The nonprofit Tony Blair Institute for Global Change noted in a 2019 report that Israel has managed to become a world leader in agriculture and water management despite the fact that two-thirds of its land is semiarid or arid with poor quality soil.
Its achievements include being able to yield 300 tons of tomatoes per hectare, far higher than an average of 50 tons worldwide. The country is also a leader in the post-harvest handling of crops, recording just 0.5% of grain storage loss, compared with 20% globally, the report said.
As Southeast Asia grapples with food security threats arising from climate change and supply disruptions from the COVID-19 pandemic, Israel’s experience with agriculture has gained attention among a handful of the region’s countries seeking to enhance farming practices.
With over a hundred million hectares of agricultural land, some of the 10 countries of the Association of Southeast Asian Nations are major producers, suppliers, and exporters of crops and grains, particularly rice, according to the Economic Research Institute for ASEAN and East Asia.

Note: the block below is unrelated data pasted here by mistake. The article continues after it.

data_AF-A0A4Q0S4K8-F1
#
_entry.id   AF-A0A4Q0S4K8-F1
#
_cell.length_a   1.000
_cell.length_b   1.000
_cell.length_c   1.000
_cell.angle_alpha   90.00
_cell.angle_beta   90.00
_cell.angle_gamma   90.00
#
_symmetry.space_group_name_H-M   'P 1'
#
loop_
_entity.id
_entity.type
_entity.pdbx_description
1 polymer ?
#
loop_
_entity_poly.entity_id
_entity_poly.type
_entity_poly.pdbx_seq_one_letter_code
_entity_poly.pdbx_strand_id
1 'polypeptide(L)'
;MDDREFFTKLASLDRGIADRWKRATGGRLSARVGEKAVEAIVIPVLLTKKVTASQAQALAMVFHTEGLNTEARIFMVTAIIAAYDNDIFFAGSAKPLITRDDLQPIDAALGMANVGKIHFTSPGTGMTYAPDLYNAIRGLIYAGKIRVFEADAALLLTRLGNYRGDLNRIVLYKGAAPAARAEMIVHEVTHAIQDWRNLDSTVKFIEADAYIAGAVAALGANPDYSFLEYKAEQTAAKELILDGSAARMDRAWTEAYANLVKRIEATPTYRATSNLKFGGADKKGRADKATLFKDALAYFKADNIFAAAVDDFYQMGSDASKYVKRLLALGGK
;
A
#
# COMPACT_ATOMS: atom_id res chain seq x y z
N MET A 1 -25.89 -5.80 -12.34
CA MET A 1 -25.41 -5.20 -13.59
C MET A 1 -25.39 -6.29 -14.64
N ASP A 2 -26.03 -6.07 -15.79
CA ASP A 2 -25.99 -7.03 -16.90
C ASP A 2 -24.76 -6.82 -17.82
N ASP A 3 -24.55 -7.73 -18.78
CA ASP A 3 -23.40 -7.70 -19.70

The think tank noted that the agriculture and food sector was one of the most vulnerable to the outbreak of COVID-19, with measures put in place to contain the effects of the pandemic affecting the supply of produce to markets and consumers, both within and across borders.
Ensuring food security is key for the region where in 2019, the agri-food sector contributed $717 billion to the economies of Indonesia, Thailand, the Philippines, and Vietnam in sum, a 30% increase from 2015, according to research company Oxford Economics. The sector was also responsible for 48% of the entire workforce across the countries providing 127 million jobs.